to read these statements as anything other than criticisms of DSC's
business practices, the innocent construction rule does not apply.
Under the First Amendment, statements of opinion are nonactionable even
if they fall into a per se category. Hopewell v.
Vitullo, 701 N.E.2d 99, 102 (Ill.App. Ct. 1998). "Opinions and
Judgements may be harsh, critical, or even abusive, yet still not subject
the writer to liability." Vee See Constr. Co. v. Jensen &
Halstead, Ltd., 399 N.E.2d 278, 281 (Ill.App. Ct. 1979). However, a
statement is only protected if it cannot be "reasonably interpreted as
stating actual facts." Bryson, 174 Ill.2d 77 at 100 (quoting
Milkovich v. Lorain Journal Co., 497 U.S. 1, 20 (1990)). I find
that much of the email's content could reasonably be construed as
fact.*fn1 Therefore, the statements are not entitled to First Amendment
Lastly, Defendants argue that Bakhsh's email is not sufficiently
defamatory to warrant damages without proof. There appears to be some
disagreement over whether Illinois law requires plaintiffs to overcome an
additional sufficiency hurdle after showing the complained of
statement fits into a per se category. Some courts have
required plaintiffs to show that the statements are so obviously and
naturally harmful to plaintiff's reputation that proof of injury can be
done away with. Management Servs. v. Health Management Sys.,
907 F. Supp. 289, 293-94 (C.D. Ill. 1995); See also Brown &
Williamson Tobacco Corp. v. Jacobson, 713 F.2d 262, 268 (7th Cir.
1983). However, other courts have either explicitly rejected this notion
stating that this "additional hurdle . . . does not exist under Illinois
law," Republic Tobacco, L.P. v. N. Atl. Trading Co.,
254 F. Supp.2d 985, 1000 (N.D. Ill. 2002), or have failed to include this
hurdle as a criterion. Bryson, 174 Ill.2d 77 at 100.
While I tend to think that a sufficiency showing is not required, I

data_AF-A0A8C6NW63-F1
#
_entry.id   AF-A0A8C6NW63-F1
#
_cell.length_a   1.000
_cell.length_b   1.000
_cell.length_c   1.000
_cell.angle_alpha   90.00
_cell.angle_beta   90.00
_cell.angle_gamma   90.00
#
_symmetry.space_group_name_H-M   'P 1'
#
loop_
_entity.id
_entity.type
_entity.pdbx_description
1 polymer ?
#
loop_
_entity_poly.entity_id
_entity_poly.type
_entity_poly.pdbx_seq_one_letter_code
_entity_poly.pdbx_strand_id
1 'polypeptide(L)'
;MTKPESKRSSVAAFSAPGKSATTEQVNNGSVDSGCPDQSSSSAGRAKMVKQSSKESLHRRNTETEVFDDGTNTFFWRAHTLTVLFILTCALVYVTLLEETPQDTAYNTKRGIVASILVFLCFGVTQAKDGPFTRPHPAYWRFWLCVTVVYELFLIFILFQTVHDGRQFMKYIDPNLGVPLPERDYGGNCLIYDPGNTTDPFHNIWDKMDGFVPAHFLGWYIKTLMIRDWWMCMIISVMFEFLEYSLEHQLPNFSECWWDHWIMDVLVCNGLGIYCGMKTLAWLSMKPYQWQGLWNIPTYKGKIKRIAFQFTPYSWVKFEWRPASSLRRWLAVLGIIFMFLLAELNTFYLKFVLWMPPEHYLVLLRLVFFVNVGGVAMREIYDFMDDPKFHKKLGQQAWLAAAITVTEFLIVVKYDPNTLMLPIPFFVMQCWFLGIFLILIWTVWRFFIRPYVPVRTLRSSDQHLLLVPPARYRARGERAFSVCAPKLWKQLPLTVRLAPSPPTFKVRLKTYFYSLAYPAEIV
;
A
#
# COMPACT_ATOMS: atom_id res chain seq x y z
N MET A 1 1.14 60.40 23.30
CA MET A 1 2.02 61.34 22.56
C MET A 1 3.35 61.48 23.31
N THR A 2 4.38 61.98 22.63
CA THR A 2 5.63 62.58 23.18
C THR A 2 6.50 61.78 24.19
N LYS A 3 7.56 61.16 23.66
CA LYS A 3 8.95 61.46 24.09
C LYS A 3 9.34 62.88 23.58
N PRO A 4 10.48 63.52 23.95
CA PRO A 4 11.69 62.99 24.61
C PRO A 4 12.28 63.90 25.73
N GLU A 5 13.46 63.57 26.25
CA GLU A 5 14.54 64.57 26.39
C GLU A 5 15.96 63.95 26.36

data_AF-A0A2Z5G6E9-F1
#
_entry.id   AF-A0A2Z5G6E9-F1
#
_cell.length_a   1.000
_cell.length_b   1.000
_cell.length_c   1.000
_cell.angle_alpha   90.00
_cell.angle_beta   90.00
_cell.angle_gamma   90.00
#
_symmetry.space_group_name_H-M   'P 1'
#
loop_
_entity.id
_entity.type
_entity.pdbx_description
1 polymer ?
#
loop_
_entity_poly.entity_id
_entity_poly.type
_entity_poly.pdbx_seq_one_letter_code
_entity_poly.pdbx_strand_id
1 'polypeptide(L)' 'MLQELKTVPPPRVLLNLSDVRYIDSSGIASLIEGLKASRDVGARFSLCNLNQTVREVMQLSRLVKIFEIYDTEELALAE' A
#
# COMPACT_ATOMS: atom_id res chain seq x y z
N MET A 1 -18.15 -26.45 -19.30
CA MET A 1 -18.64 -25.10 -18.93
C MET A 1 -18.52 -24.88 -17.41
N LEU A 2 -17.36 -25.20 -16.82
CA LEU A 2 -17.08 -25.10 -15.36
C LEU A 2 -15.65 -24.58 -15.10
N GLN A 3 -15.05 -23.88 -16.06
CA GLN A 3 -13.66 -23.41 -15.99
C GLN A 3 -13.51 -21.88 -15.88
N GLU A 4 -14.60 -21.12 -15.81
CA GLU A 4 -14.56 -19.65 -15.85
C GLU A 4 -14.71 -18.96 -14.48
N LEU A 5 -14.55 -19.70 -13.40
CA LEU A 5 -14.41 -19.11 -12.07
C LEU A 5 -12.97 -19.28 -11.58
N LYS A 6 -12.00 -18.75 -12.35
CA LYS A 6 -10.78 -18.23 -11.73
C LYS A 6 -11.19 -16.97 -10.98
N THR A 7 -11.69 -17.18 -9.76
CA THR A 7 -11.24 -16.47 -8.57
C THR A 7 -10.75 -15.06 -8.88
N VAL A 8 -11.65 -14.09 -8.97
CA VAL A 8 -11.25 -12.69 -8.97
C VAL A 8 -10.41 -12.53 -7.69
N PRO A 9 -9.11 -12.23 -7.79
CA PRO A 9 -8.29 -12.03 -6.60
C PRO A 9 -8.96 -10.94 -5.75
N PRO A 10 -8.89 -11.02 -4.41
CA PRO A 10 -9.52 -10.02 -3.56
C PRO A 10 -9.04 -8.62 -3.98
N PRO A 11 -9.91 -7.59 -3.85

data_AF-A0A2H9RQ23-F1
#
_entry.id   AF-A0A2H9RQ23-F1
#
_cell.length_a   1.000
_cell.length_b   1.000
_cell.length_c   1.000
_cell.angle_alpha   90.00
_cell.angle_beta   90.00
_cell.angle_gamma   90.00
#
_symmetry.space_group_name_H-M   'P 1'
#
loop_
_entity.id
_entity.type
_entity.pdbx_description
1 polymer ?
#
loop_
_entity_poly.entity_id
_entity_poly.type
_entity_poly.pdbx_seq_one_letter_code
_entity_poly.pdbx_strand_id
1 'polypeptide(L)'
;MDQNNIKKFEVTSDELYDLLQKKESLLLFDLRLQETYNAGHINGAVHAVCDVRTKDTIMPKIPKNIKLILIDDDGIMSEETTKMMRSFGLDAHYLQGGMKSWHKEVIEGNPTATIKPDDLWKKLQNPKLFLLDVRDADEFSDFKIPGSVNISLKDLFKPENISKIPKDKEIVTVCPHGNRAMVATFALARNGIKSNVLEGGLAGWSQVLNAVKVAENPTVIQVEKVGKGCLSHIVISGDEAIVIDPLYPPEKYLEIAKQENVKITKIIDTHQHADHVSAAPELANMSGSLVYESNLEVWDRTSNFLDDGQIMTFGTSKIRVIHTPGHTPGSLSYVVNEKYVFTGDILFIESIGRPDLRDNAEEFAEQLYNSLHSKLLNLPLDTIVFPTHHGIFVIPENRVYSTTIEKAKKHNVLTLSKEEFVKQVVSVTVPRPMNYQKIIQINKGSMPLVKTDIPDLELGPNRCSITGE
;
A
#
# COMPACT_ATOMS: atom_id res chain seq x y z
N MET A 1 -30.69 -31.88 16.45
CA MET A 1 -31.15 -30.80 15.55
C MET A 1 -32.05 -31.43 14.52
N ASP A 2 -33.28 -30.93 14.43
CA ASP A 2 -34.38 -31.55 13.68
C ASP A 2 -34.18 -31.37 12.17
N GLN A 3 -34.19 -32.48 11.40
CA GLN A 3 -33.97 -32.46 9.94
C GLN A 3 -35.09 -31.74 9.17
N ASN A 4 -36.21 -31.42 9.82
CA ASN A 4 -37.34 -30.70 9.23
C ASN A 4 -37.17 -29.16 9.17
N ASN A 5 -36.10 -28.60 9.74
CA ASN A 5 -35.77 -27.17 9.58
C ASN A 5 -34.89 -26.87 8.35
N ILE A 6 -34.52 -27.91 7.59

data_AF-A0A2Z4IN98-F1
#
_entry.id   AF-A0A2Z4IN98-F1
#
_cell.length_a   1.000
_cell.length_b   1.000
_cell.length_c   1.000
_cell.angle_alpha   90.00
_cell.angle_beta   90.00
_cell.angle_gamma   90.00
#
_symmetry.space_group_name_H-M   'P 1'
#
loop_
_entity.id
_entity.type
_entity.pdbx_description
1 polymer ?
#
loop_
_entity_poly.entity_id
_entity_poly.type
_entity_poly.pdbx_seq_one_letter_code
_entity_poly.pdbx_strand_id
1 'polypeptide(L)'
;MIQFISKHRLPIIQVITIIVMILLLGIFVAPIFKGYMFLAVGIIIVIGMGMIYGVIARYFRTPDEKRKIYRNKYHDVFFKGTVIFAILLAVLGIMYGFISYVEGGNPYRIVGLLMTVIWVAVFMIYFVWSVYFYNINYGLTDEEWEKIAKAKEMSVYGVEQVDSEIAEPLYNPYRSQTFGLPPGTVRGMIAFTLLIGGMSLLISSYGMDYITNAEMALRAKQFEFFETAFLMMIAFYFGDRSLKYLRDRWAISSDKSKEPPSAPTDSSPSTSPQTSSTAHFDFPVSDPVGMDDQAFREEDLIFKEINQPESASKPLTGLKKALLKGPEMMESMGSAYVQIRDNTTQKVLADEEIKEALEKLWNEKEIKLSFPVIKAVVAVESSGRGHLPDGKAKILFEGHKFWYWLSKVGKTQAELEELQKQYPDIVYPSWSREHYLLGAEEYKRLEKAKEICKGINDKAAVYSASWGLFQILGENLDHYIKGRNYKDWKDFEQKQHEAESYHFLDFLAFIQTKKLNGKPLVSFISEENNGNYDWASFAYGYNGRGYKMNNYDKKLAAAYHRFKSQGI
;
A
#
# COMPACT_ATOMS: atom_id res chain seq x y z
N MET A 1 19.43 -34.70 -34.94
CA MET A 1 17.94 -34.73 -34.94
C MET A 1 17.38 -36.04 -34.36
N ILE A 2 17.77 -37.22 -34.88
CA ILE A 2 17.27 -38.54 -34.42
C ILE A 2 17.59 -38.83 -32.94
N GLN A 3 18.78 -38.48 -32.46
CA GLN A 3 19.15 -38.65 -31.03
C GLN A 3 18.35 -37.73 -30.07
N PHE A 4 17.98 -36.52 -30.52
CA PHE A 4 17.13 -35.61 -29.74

need not decide that issue now. The statements here are so obviously and
naturally hurtful that they easily meet the heightened requirement for
sufficiently defamatory statements. Defendants sent an email, which was
highly critical of DSC's ability to conduct its business, to one of DSC's
largest and most important clients. Injury to DSC's reputation in this
instance can be assumed.
II. Commercial Disparagement
To state a claim for commercial disparagement, a plaintiff must allege
that defendant made false and demeaning statements about the quality of
plaintiff's goods or services. Appraisers Coalition v. Appraisal
Inst., 845 F. Supp. 592, 610 (N.D. Ill. 1994). See Also Crinkley
v. Dow Jones & Co., 385 N.E.2d 714, 719 (Ill.App. Ct.
1978)("defamation and commercial disparagement are separate and distinct
torts"). As discussed above, the statements made in Bakhsh's email
criticized DSC's business practices. Accordingly, DSC has stated a valid
claim for commercial disparagement.
III. Tortious Interference with Contract and Business
Defendants argue that both DSC's claims of tortious interference with
contract and tortious interference with business relationships are
improperly pled.*fn2 To state a claim for tortious interference with a
business relationship, DSC must plead (1) a reasonable expectation of
future business with a third party, (2) defendant's knowledge of the
prospective business, (3) defendant's purposeful interference to prevent
the expectancy from being fulfilled, and (4) resulting damage to the
plaintiff. Cook v. Winfrey, 141 F.3d 322, 327 (7th Cir. 1998)
(citing Fellhauer v. Geneva, 142 Ill.2d 495 (1991)). In its
complaint, DSC alleged a reasonable expectation of future business with
Solo, knowledge by the Defendants of that ...